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Nuclear Receptor Signaling Atlas
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lnRNAs in nuclear receptor-mediated gene transcription programs
Michael G. Rosenfeld
University of California San Diego
Abstract
Overview and significance: Our appreciation of the vast number of ncRNAs in the mammalian/human genome has emerged in an explosive fashion since 2005, and an understanding of their apparent biological importance is rapidly being recognized. Long non-coding RNAs (lncRNAs) are a type of ncRNA that are more than 200 nucleotides in length, and can exert functions either in cis or in trans. In contrast to small non-coding RNAs, such as miRNAs, lncRNAs are much less characterized and their roles are only now beginning to be defined. From initial studies that have attributed functions to specific lncRNAs, it has become apparent that regulation of transcription may be significantly regulated by lncRNAs, to which our laboratory has made several contributions. lncRNAs have been found to be associated with specific complexes, including bithorax and trithorax components. Further, many lncRNAs are over-expressed in specific developmental and regulatory conditions and may alter transcription through divergent mechanisms. SRA, associated with nuclear receptors, was one of the first lncRNAs identified and we consider it likely that many lncRNAs are functionally important for transcriptional regulation by nuclear receptors. The studies proposed here are ideally suited for both NURSA and the current Topic1 (ncRNAs, three dimensional interactions) focus of the ENCODE project. Providing global insights into gene transcriptional effects using GRO-seq, providing data poorly represented in the current databases, as well as new insights into “relocation” of ligand-regulated transcription units between distinct subnuclear architectural structures. Together, we will provide new mechanistic insights for understanding ligand-regulated programs of gene transcription.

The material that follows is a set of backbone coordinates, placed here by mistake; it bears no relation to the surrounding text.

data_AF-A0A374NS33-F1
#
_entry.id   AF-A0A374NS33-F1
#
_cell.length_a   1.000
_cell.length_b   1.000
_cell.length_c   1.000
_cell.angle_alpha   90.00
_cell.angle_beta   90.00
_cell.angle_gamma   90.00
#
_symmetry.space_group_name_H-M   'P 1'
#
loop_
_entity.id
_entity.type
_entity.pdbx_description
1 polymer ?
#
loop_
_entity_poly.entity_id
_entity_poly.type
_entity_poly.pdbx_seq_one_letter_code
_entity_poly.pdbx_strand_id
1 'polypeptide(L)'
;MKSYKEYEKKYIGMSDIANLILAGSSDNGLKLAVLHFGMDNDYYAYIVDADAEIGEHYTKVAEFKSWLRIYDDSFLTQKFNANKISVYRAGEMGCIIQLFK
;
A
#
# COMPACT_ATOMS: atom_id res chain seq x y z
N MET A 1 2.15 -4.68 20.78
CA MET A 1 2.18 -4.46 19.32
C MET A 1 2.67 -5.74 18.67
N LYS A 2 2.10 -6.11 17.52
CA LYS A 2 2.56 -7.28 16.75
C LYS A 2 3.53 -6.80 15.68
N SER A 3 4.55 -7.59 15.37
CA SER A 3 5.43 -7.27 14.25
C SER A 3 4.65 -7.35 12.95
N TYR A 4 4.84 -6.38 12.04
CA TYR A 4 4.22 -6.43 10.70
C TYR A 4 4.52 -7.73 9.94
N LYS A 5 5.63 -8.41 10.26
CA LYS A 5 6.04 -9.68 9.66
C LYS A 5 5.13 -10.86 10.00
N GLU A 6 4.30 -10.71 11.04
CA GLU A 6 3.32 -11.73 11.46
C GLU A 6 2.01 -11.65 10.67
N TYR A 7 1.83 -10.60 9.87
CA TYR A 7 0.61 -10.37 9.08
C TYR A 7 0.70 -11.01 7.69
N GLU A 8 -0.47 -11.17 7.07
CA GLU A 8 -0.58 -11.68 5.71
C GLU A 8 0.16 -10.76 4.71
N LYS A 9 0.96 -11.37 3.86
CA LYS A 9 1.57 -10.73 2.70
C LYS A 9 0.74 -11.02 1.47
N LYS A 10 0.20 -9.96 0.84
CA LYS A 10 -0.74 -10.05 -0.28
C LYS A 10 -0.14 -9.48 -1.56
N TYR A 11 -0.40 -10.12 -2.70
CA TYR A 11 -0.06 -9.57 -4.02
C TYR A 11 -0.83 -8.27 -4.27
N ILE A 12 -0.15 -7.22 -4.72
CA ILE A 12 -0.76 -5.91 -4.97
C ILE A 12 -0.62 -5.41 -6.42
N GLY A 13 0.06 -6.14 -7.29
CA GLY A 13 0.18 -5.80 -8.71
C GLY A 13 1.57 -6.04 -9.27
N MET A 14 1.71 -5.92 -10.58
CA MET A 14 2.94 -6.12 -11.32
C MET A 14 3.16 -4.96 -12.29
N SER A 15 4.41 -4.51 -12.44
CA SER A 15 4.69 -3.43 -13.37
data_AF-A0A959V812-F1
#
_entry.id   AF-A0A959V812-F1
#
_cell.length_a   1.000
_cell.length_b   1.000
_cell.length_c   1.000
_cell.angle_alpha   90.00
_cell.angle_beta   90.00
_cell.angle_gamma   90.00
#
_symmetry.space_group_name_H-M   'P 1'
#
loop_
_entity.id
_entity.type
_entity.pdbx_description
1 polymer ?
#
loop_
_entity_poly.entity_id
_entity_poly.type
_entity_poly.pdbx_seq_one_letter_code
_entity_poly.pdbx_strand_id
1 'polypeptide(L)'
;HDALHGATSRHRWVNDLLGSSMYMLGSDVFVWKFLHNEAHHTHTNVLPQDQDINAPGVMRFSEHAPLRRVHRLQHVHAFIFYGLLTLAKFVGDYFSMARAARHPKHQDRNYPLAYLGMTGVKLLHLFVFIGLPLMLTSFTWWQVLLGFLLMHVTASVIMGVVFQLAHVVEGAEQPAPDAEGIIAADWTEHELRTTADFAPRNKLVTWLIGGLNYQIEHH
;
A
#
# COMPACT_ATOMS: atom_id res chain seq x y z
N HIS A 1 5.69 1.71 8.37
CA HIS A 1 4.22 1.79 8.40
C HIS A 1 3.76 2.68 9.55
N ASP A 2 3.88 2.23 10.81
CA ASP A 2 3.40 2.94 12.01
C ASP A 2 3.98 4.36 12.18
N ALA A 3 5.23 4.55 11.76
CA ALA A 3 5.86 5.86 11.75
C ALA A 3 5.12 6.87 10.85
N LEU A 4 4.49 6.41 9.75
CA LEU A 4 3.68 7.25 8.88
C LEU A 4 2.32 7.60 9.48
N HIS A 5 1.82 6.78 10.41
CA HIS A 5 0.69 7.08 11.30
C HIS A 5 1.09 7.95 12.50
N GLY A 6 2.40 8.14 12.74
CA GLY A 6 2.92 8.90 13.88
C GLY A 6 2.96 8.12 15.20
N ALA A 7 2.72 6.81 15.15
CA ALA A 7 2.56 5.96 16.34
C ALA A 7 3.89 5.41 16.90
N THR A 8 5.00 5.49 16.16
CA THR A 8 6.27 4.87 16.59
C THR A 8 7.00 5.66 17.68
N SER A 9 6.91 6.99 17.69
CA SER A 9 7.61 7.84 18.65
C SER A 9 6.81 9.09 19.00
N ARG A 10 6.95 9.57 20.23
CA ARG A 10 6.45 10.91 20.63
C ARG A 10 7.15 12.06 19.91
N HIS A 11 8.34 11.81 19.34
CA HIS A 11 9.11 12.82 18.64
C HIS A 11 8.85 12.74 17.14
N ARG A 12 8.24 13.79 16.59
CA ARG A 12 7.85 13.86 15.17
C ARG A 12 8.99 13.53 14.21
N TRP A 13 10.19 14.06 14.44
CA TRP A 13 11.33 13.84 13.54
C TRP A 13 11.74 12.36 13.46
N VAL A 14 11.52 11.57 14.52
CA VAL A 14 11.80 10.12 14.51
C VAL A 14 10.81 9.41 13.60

Specific Aims
To investigate the roles of lncRNAs in actions of nuclear receptors, we propose to initially focus on three lncRNAs as models of lncRNAs in regulated gene transcription. Two lncRNAs that we propose are functional regulators of androgen receptor and which have exhibited wide fluctuations in levels, will be the focus of our approach employing global genomic technologies. These will include the use of ChIPseq, GRO-seq, RNA-seq, 3D-DSL, and ChIRP-seq technologies, as well as new assays linking subnuclear architecture to nuclear receptor function, as described below. Using these approaches, as well as massspectrometry of lncRNA-associated complex, we will pursue these lncRNAs and a more general functional lncRNA (TUG1), as models of platforms that assemble machinery required for ligand-dependent transcriptional regulation by nuclear receptors. We will investigate the molecular mechanisms by which two of the lncRNAs that bind to the androgen receptor actually mediate alterations in the transcriptional program. These data would license open-ended approaches to investigate the roles of lncRNAs.

  1. Develop a global sequencing strategy to complement immunoFISH approaches to determine regulation by nuclear receptors of gene regulatory regions (enhancers), and interactions with specific subnuclear architectural structures as determinants of transcriptional programs. The roles of several lncRNAs, including TUG1, in these events will be investigated.
  2. Investigate the molecular mechanisms underlying interactions between specific lncRNAs and nuclear receptors using the androgen receptor as an initial model; we will explore the roles of covalent AR post-transcriptional modification and ligands on these interactions.
  3. Discover the roles of these lncRNAs in transcriptional regulatory programs contributed by AR, employing siRNA, LNA and GRO-seq approaches.
  4. Determine the functional roles of protein complexes associated with nuclear receptor associated lncRNAs in coding gene activation and enhancer:promoter activation events, including roles of components of the Wnt pathway.